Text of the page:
What Do We Do?
That’s the question that I’m hearing at this point. What do we do, as followers of Jesus, as we process the hatred and violence that erupted in Charlottesville on August 12? I have a number of suggestions.
First, we must recognize the reality and danger of the racial hatred that is coming from groups that are defending white supremacy in our culture. We cannot be naïve about this. According to the FBI, these racial hate groups proliferated in reaction to the last president. According to these group’s leaders’ open statements, they are feeling emboldened under our current president. We can no longer ignore this re-emerging evil that our fathers and grandfathers fought to defeat during the last World War. For years, a question has been: “Why wasn’t Nazism have been stopped in the 1930s, before it became a threat to all of humanity?” Aren’t there similarities in our nation today? We must resist this out-in-the-open racial hatred.
Second, the stories about Jesus make it clear that violence has no place in the social and religious change that he was teaching. As followers of Jesus, we must fight the evil of racial hatred in a way that is non-violent. We must speak: that racial hatred has no place in our community. We must act: reaching out and building bridges, getting to know others who are “different from us.” From these relationships, God the Holy Spirit will build local communities of people that are open and diverse and loving. This is the starting point for the healing of our nation.
Third, the stories about Jesus make it clear that Jesus was especially welcoming and invitational to those who were oppressed; those were relegated to the margins by those with power. This is very hard for those of us who are able to exercise influence within “the system.” In particular, those of us who are white must recognize what is called white privilege. Most of us don’t even recognize it – in the same way that a fish doesn’t recognize water! In a nutshell, this is the effect of white privilege: in most cases, when it comes to first impressions, a person with white skin is given the benefit of the doubt while a person with dark skin is looked at with suspicion. It is good that we are finally listening to people of color who are telling what they have experienced for years. As painful as it is, we who are white must acknowledge white privilege, to repent of our role in this (even when we haven’t even known our role!), and to work to repair damage that has been done.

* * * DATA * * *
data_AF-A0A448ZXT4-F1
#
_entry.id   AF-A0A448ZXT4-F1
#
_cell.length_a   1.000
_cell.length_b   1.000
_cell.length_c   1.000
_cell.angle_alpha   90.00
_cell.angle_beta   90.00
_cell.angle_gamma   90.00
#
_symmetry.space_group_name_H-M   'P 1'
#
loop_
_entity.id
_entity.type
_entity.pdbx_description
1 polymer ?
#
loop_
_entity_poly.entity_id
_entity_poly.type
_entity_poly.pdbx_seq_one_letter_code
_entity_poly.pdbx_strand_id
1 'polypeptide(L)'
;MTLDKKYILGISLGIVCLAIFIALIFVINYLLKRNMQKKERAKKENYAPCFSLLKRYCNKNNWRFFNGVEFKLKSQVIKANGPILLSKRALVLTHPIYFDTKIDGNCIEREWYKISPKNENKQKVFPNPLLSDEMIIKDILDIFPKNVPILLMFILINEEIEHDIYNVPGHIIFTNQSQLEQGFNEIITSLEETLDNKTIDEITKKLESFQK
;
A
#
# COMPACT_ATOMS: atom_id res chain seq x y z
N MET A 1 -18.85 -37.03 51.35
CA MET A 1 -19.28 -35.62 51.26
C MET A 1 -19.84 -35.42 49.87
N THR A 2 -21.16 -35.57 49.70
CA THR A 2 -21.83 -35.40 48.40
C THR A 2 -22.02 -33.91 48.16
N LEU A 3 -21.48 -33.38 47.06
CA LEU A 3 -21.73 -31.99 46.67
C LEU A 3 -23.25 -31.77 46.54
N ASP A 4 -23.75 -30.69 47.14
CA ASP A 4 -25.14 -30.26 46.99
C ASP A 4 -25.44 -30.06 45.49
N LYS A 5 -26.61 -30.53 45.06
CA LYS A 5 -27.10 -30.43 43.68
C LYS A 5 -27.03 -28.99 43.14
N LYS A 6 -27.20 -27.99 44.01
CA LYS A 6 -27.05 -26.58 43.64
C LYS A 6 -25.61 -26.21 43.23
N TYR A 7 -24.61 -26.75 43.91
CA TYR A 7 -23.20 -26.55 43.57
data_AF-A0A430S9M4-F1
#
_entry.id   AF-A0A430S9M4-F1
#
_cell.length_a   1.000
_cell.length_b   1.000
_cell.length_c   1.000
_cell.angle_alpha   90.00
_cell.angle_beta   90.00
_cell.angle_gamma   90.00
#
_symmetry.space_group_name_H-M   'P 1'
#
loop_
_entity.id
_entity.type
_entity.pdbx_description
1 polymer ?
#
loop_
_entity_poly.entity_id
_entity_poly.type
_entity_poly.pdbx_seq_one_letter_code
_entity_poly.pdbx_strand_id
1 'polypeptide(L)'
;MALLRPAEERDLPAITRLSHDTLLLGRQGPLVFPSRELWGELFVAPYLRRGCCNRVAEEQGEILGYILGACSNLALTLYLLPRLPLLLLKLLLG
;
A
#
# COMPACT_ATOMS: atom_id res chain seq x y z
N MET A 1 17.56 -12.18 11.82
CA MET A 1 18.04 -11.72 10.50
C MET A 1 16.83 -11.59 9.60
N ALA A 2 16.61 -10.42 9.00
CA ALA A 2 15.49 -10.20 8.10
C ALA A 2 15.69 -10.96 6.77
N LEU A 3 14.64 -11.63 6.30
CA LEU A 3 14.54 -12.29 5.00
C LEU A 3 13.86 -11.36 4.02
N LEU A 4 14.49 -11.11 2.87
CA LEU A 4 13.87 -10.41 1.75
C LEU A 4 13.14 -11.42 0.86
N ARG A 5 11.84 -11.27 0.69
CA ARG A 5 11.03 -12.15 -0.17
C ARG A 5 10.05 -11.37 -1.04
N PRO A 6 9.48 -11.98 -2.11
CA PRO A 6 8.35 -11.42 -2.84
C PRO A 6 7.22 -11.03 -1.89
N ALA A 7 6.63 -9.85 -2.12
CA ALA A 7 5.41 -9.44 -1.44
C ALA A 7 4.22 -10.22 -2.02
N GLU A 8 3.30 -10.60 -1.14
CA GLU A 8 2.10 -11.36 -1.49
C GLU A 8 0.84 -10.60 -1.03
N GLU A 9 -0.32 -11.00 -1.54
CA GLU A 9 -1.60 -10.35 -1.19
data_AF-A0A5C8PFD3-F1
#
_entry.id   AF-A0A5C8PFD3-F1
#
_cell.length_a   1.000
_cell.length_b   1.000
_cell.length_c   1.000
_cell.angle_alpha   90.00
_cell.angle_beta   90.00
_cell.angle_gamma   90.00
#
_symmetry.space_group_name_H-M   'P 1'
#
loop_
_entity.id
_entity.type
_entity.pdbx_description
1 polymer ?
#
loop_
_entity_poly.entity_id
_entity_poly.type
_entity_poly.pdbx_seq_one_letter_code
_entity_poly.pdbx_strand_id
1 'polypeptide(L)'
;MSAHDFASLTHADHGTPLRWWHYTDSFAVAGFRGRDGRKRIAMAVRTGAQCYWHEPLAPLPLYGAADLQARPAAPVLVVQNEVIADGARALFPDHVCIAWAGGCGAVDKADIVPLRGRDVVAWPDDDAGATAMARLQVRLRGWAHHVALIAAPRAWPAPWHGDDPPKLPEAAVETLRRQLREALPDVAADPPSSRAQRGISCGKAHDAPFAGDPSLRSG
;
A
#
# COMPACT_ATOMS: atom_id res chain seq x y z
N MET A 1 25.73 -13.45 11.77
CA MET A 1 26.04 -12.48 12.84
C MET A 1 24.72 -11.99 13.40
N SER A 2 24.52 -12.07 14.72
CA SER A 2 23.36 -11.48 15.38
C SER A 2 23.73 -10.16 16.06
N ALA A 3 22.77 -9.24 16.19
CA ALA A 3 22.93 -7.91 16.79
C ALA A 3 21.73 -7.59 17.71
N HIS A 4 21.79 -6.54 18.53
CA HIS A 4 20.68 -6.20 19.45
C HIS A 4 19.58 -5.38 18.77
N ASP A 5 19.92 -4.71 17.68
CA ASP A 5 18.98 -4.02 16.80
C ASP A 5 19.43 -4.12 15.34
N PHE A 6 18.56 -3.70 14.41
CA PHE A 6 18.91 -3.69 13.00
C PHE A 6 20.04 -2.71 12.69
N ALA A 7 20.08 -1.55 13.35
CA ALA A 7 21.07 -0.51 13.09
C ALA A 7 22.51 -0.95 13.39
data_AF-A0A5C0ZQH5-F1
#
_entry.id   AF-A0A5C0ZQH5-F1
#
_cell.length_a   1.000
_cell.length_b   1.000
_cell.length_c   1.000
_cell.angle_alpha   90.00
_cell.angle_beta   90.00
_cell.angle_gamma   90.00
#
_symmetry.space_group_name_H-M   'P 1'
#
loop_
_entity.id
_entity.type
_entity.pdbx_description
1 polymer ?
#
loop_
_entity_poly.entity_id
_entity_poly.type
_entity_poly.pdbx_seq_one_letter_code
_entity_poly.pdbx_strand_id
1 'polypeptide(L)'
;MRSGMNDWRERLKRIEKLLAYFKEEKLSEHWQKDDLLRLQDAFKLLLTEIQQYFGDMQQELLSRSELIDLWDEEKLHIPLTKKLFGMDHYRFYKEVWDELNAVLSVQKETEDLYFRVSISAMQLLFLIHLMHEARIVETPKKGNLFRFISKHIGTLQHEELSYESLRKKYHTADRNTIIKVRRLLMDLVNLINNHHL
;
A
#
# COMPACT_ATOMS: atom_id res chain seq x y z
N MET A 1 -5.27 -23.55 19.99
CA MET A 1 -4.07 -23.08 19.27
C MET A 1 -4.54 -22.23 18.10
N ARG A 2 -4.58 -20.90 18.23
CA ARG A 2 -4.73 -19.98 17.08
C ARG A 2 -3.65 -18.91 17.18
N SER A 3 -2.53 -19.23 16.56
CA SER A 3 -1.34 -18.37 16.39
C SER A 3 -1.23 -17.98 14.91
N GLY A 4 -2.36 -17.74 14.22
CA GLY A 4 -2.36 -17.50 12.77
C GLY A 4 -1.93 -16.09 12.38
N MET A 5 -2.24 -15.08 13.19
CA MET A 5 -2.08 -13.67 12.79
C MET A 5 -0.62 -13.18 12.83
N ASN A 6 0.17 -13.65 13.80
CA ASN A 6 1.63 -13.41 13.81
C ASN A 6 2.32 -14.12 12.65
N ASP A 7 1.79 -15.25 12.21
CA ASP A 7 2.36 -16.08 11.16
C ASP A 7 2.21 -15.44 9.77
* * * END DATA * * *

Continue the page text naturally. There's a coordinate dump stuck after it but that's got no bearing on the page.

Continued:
Fourth, in the stories about Jesus, it is striking how often he surprises both his supporters and opponents – when they are locked into polarities – with a path forward that the two sides haven’t thought of! As followers of this Jesus, we must resist simplistic thinking. We must resist taking one side and blaming “the other.” The struggle that has come out into the open transcends political parties and partisan positions. The Biblical word for this is “humility.” Humility is a close second to love as the most important traits of a faithful follower of Jesus.
I want to share a brilliant description of humility, from a recent column by David Brooks – even though the word he uses is “modesty.” (And, if I may point this out, notice what an example of bridge-building this represents: a Jewish editorial columnist who is describing what is classical Christian theology, and even quoting a Danish Lutheran theologian!)
“In fact, the most powerful answer to fanaticism is modesty. Modesty is an epistemology directly opposed to the conspiracy mongering mind-set. It means having the courage to understand that the world is too complicated to fit into one political belief system. It means understanding there are no easy answers or malevolent conspiracies that can explain the big political questions or the existential problems. Progress is not made by crushing some swarm of malevolent foes; it’s made by finding balance between competing truths — between freedom and security, diversity and solidarity. There’s always going to be counter-evidence and mystery. There is no final arrangement that will end conflict, just endless searching and adjustment.
“Modesty means having the courage to rest in anxiety and not try to quickly escape it. Modesty means being tough enough to endure the pain of uncertainty and coming to appreciate that pain. Uncertainty and anxiety throw you off the smug island of certainty and force you into the free waters of creativity and learning. As Kierkegaard put it, ‘The more original a human being is, the deeper is his anxiety.’”
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These are some preliminary thoughts towards an answer to the question, “What do we do?” as we fight against the evil of racial hatred. I’m eager to continue our conversations.
One final preliminary thing. This is not something we can do on our own. We can only do it with God’s empowerment. As theologian David Lose puts it: “[W]e…need to proclaim the Gospel clearly and compellingly, the Gospel that in Jesus’ cross and resurrection we discover that God’s love is, in fact, for all; that God is working in us and with us and through us to make this world a more just and equitable place; that God will grant us courage and grace sufficient to meet the challenges of the day; and that when we stand with and for those who suffer or are persecuted, we encounter God in a powerful and palpable way. Because the amazing thing about the Gospel is that, unlike instruction or good advice, it creates in us the ability to do what God would have us do and be the persons God calls us to be.”
Blessings to you followers of Jesus!
Pastor Andy Ballentine